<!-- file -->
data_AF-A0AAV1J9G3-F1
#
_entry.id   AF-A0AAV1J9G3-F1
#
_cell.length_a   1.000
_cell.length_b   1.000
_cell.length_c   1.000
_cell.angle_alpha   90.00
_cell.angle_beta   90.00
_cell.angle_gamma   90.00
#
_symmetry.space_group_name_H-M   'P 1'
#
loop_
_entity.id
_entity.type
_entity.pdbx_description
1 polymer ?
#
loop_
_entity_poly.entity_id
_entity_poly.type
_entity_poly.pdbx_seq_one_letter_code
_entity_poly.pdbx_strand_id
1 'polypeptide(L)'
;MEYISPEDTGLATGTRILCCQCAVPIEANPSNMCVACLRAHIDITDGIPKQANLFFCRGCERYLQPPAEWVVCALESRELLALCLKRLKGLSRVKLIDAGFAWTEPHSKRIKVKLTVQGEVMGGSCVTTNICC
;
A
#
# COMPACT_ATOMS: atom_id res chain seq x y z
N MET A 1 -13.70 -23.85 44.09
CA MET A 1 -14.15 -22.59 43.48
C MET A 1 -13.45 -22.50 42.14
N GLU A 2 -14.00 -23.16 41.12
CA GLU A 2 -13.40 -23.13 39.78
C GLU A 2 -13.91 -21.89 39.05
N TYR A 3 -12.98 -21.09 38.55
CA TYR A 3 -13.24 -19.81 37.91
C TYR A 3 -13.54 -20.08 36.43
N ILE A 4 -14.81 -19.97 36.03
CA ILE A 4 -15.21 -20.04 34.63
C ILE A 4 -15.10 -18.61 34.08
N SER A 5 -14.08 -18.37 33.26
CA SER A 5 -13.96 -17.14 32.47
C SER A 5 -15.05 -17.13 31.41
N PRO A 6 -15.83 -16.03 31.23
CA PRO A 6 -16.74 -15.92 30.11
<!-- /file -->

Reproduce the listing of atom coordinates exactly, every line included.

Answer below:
data_AF-A0AAV1J9G3-F1
#
_entry.id   AF-A0AAV1J9G3-F1
#
_cell.length_a   1.000
_cell.length_b   1.000
_cell.length_c   1.000
_cell.angle_alpha   90.00
_cell.angle_beta   90.00
_cell.angle_gamma   90.00
#
_symmetry.space_group_name_H-M   'P 1'
#
loop_
_entity.id
_entity.type
_entity.pdbx_description
1 polymer ?
#
loop_
_entity_poly.entity_id
_entity_poly.type
_entity_poly.pdbx_seq_one_letter_code
_entity_poly.pdbx_strand_id
1 'polypeptide(L)'
;MEYISPEDTGLATGTRILCCQCAVPIEANPSNMCVACLRAHIDITDGIPKQANLFFCRGCERYLQPPAEWVVCALESRELLALCLKRLKGLSRVKLIDAGFAWTEPHSKRIKVKLTVQGEVMGGSCVTTNICC
;
A
#
# COMPACT_ATOMS: atom_id res chain seq x y z
N MET A 1 -13.70 -23.85 44.09
CA MET A 1 -14.15 -22.59 43.48
C MET A 1 -13.45 -22.50 42.14
N GLU A 2 -14.00 -23.16 41.12
CA GLU A 2 -13.40 -23.13 39.78
C GLU A 2 -13.91 -21.89 39.05
N TYR A 3 -12.98 -21.09 38.55
CA TYR A 3 -13.24 -19.81 37.91
C TYR A 3 -13.54 -20.08 36.43
N ILE A 4 -14.81 -19.97 36.03
CA ILE A 4 -15.21 -20.04 34.63
C ILE A 4 -15.10 -18.61 34.08
N SER A 5 -14.08 -18.37 33.26
CA SER A 5 -13.96 -17.14 32.47
C SER A 5 -15.05 -17.13 31.41
N PRO A 6 -15.83 -16.03 31.23
CA PRO A 6 -16.74 -15.92 30.11